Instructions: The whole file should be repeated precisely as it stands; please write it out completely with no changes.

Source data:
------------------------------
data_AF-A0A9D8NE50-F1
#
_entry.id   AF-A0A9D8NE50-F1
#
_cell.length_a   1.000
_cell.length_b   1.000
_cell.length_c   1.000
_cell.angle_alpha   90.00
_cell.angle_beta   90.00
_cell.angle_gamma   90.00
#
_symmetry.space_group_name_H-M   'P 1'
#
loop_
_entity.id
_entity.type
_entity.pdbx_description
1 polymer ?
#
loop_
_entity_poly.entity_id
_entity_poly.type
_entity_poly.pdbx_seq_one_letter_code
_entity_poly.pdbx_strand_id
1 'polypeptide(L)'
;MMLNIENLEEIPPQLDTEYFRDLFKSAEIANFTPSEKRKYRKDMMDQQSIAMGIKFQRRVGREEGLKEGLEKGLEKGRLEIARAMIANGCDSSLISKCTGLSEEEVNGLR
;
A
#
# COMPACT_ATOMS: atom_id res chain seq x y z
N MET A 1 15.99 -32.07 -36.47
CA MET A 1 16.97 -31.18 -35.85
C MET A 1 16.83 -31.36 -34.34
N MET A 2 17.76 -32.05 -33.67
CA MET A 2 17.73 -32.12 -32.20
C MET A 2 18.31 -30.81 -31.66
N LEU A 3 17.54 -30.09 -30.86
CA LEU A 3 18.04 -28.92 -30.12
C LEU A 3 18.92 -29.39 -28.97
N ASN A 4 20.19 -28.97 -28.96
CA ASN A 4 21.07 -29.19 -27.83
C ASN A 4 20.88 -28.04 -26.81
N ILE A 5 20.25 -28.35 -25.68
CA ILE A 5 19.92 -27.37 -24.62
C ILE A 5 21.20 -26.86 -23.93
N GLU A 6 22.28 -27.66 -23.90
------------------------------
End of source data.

data_AF-A0A9D8NE50-F1
#
_entry.id   AF-A0A9D8NE50-F1
#
_cell.length_a   1.000
_cell.length_b   1.000
_cell.length_c   1.000
_cell.angle_alpha   90.00
_cell.angle_beta   90.00
_cell.angle_gamma   90.00
#
_symmetry.space_group_name_H-M   'P 1'
#
loop_
_entity.id
_entity.type
_entity.pdbx_description
1 polymer ?
#
loop_
_entity_poly.entity_id
_entity_poly.type
_entity_poly.pdbx_seq_one_letter_code
_entity_poly.pdbx_strand_id
1 'polypeptide(L)'
;MMLNIENLEEIPPQLDTEYFRDLFKSAEIANFTPSEKRKYRKDMMDQQSIAMGIKFQRRVGREEGLKEGLEKGLEKGRLEIARAMIANGCDSSLISKCTGLSEEEVNGLR
;
A
#
# COMPACT_ATOMS: atom_id res chain seq x y z
N MET A 1 15.99 -32.07 -36.47
CA MET A 1 16.97 -31.18 -35.85
C MET A 1 16.83 -31.36 -34.34
N MET A 2 17.76 -32.05 -33.67
CA MET A 2 17.73 -32.12 -32.20
C MET A 2 18.31 -30.81 -31.66
N LEU A 3 17.54 -30.09 -30.86
CA LEU A 3 18.04 -28.92 -30.12
C LEU A 3 18.92 -29.39 -28.97
N ASN A 4 20.19 -28.97 -28.96
CA ASN A 4 21.07 -29.19 -27.83
C ASN A 4 20.88 -28.04 -26.81
N ILE A 5 20.25 -28.35 -25.68
CA ILE A 5 19.92 -27.37 -24.62
C ILE A 5 21.20 -26.86 -23.93
N GLU A 6 22.28 -27.66 -23.90